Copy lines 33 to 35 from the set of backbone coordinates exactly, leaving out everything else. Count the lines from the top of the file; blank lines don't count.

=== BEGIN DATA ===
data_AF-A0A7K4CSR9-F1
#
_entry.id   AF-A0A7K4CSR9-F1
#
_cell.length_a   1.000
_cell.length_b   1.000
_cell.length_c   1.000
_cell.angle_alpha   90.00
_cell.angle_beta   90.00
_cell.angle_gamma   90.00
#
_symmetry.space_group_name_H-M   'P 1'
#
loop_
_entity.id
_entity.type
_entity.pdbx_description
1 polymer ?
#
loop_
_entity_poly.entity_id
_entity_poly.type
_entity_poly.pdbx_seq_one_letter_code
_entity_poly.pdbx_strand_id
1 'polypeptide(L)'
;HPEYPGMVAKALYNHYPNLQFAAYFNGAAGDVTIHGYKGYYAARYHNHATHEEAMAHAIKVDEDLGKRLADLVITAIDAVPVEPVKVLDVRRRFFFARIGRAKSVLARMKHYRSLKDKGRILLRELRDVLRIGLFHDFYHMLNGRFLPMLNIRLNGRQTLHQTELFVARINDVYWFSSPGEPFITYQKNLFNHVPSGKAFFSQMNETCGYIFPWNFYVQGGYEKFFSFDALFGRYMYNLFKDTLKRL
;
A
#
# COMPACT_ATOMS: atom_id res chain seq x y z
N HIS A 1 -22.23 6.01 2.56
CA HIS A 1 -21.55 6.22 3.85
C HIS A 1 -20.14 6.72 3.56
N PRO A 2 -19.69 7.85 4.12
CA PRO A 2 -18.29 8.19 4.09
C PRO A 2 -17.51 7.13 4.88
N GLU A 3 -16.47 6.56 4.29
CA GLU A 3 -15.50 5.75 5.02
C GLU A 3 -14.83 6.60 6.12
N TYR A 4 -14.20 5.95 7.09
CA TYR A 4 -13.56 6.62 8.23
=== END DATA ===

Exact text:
C HIS A 1 -20.14 6.72 3.56
N PRO A 2 -19.69 7.85 4.12
CA PRO A 2 -18.29 8.19 4.09